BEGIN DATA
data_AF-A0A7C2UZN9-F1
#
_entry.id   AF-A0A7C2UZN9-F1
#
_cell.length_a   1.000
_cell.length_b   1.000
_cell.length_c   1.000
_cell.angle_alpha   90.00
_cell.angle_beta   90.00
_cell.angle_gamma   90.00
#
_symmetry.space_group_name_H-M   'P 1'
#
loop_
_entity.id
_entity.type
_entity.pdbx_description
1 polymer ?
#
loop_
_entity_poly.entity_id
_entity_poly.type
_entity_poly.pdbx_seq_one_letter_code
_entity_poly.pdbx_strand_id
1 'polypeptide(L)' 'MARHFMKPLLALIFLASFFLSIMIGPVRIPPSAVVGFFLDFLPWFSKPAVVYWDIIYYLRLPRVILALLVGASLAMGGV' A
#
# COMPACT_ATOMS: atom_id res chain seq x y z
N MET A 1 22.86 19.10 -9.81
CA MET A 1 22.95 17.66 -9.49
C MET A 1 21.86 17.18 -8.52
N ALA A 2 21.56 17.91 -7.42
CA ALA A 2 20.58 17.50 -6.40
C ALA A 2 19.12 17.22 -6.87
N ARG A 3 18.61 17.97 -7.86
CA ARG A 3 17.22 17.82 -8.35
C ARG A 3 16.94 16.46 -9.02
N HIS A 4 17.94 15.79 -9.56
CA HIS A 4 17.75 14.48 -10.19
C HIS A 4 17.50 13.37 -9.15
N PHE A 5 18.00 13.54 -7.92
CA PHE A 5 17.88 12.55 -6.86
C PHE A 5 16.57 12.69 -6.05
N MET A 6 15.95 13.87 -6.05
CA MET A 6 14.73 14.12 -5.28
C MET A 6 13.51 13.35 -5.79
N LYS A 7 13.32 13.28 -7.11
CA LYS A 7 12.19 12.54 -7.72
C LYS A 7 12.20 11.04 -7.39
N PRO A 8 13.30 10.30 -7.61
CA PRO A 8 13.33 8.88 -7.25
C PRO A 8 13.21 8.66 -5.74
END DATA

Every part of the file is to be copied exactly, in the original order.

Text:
data_AF-A0A7C2UZN9-F1
#
_entry.id   AF-A0A7C2UZN9-F1
#
_cell.length_a   1.000
_cell.length_b   1.000
_cell.length_c   1.000
_cell.angle_alpha   90.00
_cell.angle_beta   90.00
_cell.angle_gamma   90.00
#
_symmetry.space_group_name_H-M   'P 1'
#
loop_
_entity.id
_entity.type
_entity.pdbx_description
1 polymer ?
#
loop_
_entity_poly.entity_id
_entity_poly.type
_entity_poly.pdbx_seq_one_letter_code
_entity_poly.pdbx_strand_id
1 'polypeptide(L)' 'MARHFMKPLLALIFLASFFLSIMIGPVRIPPSAVVGFFLDFLPWFSKPAVVYWDIIYYLRLPRVILALLVGASLAMGGV' A
#
# COMPACT_ATOMS: atom_id res chain seq x y z
N MET A 1 22.86 19.10 -9.81
CA MET A 1 22.95 17.66 -9.49
C MET A 1 21.86 17.18 -8.52
N ALA A 2 21.56 17.91 -7.42
CA ALA A 2 20.58 17.50 -6.40
C ALA A 2 19.12 17.22 -6.87
N ARG A 3 18.61 17.97 -7.86
CA ARG A 3 17.22 17.82 -8.35
C ARG A 3 16.94 16.46 -9.02
N HIS A 4 17.94 15.79 -9.56
CA HIS A 4 17.75 14.48 -10.19
C HIS A 4 17.50 13.37 -9.15
N PHE A 5 18.00 13.54 -7.92
CA PHE A 5 17.88 12.55 -6.86
C PHE A 5 16.57 12.69 -6.05
N MET A 6 15.95 13.87 -6.05
CA MET A 6 14.73 14.12 -5.28
C MET A 6 13.51 13.35 -5.79
N LYS A 7 13.32 13.28 -7.11
CA LYS A 7 12.19 12.54 -7.72
C LYS A 7 12.20 11.04 -7.39
N PRO A 8 13.30 10.30 -7.61
CA PRO A 8 13.33 8.88 -7.25
C PRO A 8 13.21 8.66 -5.74